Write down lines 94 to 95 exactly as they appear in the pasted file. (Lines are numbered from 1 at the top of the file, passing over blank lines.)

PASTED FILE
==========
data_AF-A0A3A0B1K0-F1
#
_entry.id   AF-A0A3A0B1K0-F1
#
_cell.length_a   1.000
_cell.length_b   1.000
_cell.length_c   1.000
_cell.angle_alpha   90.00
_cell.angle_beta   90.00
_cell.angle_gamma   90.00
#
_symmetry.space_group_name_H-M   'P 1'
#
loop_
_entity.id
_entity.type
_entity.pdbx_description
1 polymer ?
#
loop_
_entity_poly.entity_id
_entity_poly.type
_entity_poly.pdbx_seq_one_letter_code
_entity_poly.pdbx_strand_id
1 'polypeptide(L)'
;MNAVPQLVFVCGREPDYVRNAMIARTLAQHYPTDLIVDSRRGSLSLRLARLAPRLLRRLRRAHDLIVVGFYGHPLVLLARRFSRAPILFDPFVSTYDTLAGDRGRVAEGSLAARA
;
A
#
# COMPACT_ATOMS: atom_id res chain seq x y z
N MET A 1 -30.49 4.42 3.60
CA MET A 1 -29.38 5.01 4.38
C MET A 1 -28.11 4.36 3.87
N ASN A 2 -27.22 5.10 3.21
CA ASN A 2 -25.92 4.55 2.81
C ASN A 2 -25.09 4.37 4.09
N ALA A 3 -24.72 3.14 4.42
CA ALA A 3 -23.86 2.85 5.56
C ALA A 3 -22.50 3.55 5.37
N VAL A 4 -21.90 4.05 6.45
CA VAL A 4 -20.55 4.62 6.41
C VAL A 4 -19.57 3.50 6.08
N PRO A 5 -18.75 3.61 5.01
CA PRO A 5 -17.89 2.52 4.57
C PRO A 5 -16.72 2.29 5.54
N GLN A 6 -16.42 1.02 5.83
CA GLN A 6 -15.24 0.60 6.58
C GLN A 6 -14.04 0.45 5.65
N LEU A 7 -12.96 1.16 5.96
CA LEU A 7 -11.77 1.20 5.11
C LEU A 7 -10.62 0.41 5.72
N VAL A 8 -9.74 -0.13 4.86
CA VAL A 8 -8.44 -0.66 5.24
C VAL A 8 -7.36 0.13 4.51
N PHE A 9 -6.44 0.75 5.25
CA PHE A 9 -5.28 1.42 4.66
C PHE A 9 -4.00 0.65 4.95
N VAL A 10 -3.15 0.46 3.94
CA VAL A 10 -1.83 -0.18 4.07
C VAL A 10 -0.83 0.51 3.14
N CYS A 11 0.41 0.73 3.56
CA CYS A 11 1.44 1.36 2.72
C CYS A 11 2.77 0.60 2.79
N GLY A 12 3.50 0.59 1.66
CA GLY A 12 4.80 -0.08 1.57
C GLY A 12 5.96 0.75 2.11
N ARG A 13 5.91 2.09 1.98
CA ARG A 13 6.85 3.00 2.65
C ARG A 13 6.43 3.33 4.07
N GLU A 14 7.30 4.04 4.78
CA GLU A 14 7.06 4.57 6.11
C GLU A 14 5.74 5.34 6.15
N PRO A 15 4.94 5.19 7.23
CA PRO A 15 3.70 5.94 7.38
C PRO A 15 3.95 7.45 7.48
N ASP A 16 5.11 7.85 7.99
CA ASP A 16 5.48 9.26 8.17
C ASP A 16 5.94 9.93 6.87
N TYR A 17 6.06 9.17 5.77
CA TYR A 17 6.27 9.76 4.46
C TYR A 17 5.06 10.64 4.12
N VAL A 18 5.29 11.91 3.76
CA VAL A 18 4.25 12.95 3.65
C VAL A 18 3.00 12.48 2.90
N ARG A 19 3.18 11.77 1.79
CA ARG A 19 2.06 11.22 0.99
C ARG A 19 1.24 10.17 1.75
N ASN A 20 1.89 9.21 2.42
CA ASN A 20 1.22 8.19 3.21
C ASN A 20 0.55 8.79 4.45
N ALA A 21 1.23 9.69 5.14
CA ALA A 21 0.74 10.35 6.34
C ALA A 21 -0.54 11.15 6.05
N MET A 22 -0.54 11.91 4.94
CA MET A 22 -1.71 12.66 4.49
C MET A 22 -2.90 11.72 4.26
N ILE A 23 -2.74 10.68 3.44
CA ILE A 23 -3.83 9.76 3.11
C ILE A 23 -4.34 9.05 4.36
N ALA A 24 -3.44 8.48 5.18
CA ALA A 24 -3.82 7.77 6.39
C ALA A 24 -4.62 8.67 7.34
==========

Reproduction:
N MET A 22 -0.54 11.91 4.94
CA MET A 22 -1.71 12.66 4.49